The internet is not always the nicest place. People openly attack others online, get into pointless arguments about whether a movie is good or not, and voice opinions that are better left private.

For a business, social media can be a double edge sword. It gives your business a chance to connect and interact regularly with followers and customers. That means better retention and more sales. But at the same time, social media allows unhappy consumers to openly complain about your business for the whole world to see.

Understandable complaints on social media aren’t that bad. Somebody got food poisoning at a restaurant or their product broke within the first day and are voicing their displeasure online. A smart social media manager will respond publicly and calmly to the complaint and resolve it.

But not every online complaint is understandable or reasonable. The internet is filled with a variety of people, not all of them polite or moral. Some might be trying to get free stuff by blackmailing your company, others want far too much compensation for their troubles, and some just are confused about which company they are complaining to. For these kinds of people, here are some tips to properly respond to them to prevent a fallout online.

Before You Respond, Be In a Good Mood

It’s very easy to get defensive when somebody is criticizing your business, and it’s even easier when the person is being absolutely ridiculous. It can feel like a personal attack, that it’s not just the business that failed them, you failed them. If you go into interacting with them while in a bad mood, it’s going to show. People can tell when a person is being calm in their response versus aggravated, even if they tried to write professionally.

Before you start responding, make sure you are in a good mood. If you are in charge of the company’s social media, that means you need to wake up every day in a good mood. If you aren’t feeling particularly happy, take some time for yourself. Talk to a coworker, grab a cup of coffee, go for a walk, do something to help you feel good. Then, once you are calm and feeling positive, dive head first into addressing the issue. While working on it, you might start to feel depressed or frustrated, which means taking another little break to get your morale back up.

Identify Why They Are Mad, Help Them Feel Better

Identify Why They Are Mad, Help Them Feel Better

Sometimes, people go to complain on social media just because they are having a bad day and your business is just a victim of it. What your business did wasn’t worth the actual complaint, but maybe a small mistake was “the straw that broke the camel’s back” of their day. It’s like you’re having a terrible day and you go to a fast food place to try and cheer yourself up and they mix up your order. Normally, it wouldn’t be enough to make a fuss about, but since your day has been so terrible, you get incredibly angry at the fast food place.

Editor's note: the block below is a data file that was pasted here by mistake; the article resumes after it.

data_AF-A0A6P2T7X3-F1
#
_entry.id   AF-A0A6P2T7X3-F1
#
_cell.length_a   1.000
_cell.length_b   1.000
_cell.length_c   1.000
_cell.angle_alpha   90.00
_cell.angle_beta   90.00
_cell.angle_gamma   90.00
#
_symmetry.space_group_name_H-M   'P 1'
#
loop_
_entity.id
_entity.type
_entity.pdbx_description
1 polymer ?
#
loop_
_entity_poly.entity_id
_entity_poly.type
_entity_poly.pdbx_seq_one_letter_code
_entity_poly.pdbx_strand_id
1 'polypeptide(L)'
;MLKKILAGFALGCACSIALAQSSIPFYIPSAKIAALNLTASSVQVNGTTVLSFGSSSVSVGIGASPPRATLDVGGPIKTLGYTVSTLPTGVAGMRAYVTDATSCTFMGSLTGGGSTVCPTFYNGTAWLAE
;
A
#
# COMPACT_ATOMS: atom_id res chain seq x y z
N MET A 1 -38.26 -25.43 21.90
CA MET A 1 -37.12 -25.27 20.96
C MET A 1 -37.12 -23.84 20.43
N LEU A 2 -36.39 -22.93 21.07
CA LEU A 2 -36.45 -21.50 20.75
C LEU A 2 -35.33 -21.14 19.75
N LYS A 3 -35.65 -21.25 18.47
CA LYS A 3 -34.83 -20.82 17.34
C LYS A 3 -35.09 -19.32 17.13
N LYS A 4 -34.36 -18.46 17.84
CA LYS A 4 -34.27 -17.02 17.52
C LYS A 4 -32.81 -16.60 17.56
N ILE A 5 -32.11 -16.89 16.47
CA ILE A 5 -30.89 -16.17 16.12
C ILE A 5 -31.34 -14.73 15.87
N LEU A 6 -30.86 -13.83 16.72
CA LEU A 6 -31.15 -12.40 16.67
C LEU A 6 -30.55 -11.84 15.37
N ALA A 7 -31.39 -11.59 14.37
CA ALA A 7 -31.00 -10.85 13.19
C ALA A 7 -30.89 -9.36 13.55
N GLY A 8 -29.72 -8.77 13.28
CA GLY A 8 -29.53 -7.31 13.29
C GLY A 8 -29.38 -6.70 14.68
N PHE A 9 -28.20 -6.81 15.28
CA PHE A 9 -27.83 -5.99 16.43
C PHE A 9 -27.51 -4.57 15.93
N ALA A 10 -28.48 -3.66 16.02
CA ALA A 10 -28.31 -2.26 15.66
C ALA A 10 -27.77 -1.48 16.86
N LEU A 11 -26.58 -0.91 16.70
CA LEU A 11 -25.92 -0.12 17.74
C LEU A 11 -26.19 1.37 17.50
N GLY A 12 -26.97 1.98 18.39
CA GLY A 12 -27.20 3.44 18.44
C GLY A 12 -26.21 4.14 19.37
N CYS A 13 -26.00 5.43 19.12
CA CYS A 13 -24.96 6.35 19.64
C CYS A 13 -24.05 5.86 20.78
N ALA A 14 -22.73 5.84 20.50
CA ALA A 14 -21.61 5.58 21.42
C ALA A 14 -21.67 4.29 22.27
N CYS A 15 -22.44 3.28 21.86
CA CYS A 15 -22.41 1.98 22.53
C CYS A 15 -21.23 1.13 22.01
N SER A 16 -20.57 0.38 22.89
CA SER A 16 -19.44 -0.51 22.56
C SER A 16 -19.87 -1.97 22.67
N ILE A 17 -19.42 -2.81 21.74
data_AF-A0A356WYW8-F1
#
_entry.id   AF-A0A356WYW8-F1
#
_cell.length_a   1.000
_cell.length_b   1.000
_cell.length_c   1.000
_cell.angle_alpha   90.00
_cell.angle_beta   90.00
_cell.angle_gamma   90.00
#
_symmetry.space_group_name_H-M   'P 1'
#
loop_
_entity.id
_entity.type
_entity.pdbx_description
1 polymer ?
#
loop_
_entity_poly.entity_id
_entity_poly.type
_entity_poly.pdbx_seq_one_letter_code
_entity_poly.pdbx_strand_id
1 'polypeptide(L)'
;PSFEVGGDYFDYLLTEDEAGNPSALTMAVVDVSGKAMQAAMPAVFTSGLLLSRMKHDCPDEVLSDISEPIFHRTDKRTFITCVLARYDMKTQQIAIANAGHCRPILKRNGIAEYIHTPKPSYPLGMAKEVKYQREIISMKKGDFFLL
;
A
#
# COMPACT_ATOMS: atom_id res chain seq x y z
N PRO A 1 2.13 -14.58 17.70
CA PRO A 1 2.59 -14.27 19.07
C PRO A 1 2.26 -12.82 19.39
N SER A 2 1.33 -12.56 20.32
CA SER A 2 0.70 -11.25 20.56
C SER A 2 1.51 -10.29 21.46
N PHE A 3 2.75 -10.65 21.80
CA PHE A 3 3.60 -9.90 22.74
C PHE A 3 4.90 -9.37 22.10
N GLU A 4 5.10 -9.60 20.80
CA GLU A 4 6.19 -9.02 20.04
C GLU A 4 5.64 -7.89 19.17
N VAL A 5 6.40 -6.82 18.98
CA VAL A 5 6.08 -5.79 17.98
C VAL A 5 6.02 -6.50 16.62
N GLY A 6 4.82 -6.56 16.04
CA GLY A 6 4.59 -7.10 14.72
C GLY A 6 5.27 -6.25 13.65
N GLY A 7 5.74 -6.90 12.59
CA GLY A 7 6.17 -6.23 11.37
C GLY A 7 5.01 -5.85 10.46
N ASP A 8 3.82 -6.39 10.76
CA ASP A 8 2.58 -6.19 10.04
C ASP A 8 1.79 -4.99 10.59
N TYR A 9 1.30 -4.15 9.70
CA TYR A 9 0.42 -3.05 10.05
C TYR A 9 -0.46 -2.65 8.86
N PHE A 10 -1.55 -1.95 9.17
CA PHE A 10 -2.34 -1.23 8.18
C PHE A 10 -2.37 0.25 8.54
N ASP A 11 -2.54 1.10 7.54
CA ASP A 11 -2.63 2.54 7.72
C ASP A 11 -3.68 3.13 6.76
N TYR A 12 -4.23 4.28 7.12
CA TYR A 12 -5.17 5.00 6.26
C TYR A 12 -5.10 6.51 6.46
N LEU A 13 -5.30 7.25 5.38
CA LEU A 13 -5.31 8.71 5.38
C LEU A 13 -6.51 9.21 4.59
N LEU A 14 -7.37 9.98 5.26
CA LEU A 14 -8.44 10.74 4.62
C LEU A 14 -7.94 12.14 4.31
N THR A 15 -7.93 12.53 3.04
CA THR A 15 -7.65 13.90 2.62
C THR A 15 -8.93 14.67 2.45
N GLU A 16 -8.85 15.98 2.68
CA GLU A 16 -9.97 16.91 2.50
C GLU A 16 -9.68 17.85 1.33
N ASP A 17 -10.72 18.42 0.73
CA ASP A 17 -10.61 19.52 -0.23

Identify why the person is mad. Does it seem like they are just having a bad day and you’re the victim of a drive-by complaining? Did your business actually screw up big time? Try to understand the person and why they are acting out.

Then, do something to appease them. Try to make them happy. If the mistake is something actually huge, get working on making amends to them. But it’s quite possible it’s a tiny mistake that really doesn’t matter. In this case, apologize, ask to find a way to fix it for them, and try to do something to make their day better. Doing something small like offering to send them a five dollar gift card to Starbucks or just sending them a gif of a happy puppy wishing them to have a better day can help out a bunch. Show you care that they are having a bad day and want to help them feel better.

The Customer Looking To Take Advantage of You

Whether you’ve worked in the restaurant business or not, it’s likely you’ve heard this story. A diner sits down and orders a meal. They proceed to eat the entire meal, down to the crumbs, and then when the bill comes, they complain and refuse to pay. They might say something like “The food was disgusting, the meat was overcooked, the mashed potatoes were lumpy.” The customer demands to see a manager and refuses to pay for the meal they devoured.